World Journal of Surgical Medical and Radiation Oncology Volume No 6

Case Report Open Access

How Common are Benign Retroperitoneal Tumors? A Case Series with Review of Literature.

*Yamini Chitra V *Paramesh K N *Rithin Punjala Sai

  • *Surgical Gastroenterology and Bariatric centre, Vydehi Institute of Medical Sciences and Research Centre, Karnataka, Bangalore, India
  • Submitted: Saturday, December 06, 2014
  • Accepted: Sunday, January 18, 2015
  • Published: Saturday, January 24, 2015

This is an Open Access article distributed under the terms of the Creative Commons Attribution License (( permits unrestricted use, distribution, and reproduction in any medium, provided the original work is properly cited



Benign retroperitoneal tumors are usually rare and form 4%-25% of all retroperitoneal tumors in the past. Due to advanced imaging modalities the number of incidental tumors has increased and now forms up to 60% of all retroperitoneal tumors. Based on imaging techniques, various diagnostic criteria have been developed to ascertain origin and to determine the benign or malignant nature of these tumors. Large sizes, symptoms, heterogenous lesions on imaging, are considered as signs of malignancy. But surprises do occur.

Case Presentation

We present two cases of benign retroperitoneal tumors, first a case of massive retroperitoneal tumor in a 30 year old male with vague abdominal pain. Preoperative computed tomography revealed heterogeneously enhancing mass 20×15×12 cm with cystic areas and calcifications, suspected to be malignant and of pancreatic origin. Peroperatively it was of retroperitoneal origin and pancreas was compressed &pushed superiorly. Patient underwent total excision of tumor. Second case, a 24 year male with incidentally diagnosed presacral lesion, 7×7cm size, with extension into S1 sacral foramina. Heterointensity on T2 W magnetic resonance imaging gave a suspicion of malignant nerve sheath tumor and the tumor was excised in toto. Both the patients postoperative histopathology showed a benign schwannoma and immunohistochemistry was positive for S 100. Both patients are tumor free 12 months and 7 months respectively after surgery.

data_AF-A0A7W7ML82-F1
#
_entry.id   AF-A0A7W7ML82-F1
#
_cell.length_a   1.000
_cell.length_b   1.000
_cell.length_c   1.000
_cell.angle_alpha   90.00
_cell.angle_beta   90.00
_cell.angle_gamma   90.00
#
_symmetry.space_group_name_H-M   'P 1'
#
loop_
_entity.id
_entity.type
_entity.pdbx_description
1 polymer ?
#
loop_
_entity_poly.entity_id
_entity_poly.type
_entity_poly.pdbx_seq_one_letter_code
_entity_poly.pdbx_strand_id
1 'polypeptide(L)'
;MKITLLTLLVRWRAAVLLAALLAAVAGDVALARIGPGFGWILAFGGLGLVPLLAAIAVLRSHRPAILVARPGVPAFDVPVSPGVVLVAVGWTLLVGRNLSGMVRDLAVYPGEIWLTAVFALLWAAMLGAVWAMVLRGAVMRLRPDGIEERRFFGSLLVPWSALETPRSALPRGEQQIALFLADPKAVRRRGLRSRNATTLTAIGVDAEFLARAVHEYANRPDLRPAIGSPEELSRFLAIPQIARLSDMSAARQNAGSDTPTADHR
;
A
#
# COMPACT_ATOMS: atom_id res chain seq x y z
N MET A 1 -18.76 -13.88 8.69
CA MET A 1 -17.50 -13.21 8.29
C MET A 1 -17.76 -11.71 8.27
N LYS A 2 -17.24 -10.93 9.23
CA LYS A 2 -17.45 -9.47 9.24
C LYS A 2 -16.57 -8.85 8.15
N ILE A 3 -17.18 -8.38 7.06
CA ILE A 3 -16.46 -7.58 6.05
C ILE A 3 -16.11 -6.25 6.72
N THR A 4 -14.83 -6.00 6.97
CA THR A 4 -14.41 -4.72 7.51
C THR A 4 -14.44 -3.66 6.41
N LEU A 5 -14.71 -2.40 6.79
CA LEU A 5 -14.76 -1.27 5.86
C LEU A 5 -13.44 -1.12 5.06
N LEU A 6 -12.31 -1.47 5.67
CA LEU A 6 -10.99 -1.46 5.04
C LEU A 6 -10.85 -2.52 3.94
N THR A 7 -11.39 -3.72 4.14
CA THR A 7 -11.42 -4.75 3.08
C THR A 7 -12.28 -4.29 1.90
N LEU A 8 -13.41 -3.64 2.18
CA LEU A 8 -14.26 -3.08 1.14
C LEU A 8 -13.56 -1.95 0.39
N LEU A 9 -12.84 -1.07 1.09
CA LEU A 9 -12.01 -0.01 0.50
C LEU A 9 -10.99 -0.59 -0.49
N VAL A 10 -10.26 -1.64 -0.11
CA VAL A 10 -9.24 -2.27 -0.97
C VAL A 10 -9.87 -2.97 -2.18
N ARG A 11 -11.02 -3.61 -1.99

Benign retroperitoneal tumors can grow to a large size before they become symptomatic. Massive size is often misleading regarding both site of origin of tumor and the benign or malignant nature of it. Preoperative imaging will not always give a clue to the nature of it making preoperative diagnosis of benign tumors very difficult. But complete excision of tumor gives excellent results.

Key words

Schwannoma, Retroperitoneum, Computed tomography, Magnetic resonance imaging, Immunohistochemistry


Benign retroperitoneal tumors are usually rare and formed 4%-25% of all retroperitoneal tumors in the past. Due to advanced imaging modalities the number of incidental tumors has increased and now forms up to 60% of all retroperitoneal tumors [1]. Based on imaging techniques, various diagnostic criteria have been developed to ascertain origin and to determine the benign or malignant nature of these tumors. Large size, symptoms are considered as signs of malignancy. But surprises do occur.

We would like to present two of these tumors. One, a very massive tumor with areas of necrosis on imaging, mimicking malignancy and another, small but in a critical area, preoperative imaging suggested a neural origin with scalloping of the adjacent bone, both were histologically benign schwannomas. The clinical presentation, diagnostic modalities and treatment options of retroperitoneal tumors, especially schwannomas are discussed.

Case Presentation

Case 1

A 30 year old male patient presented with dull aching abdominal pain of 6 months duration in right upper quadrant of abdomen and no weight loss or vomiting or bowel or bladder disturbance. There was no significant past history. Clinical examination revealed a firm to hard mass involving entire upper half of abdomen. A contrast enhanced CT abdomen revealed a well defined, heterogeneously enhancing mass 20×15×12 cm, with smooth margins in the retrogastric region (Figure 1).

Figure 1- Contrast CT showing heterodense tumor, areas of cystic degeneration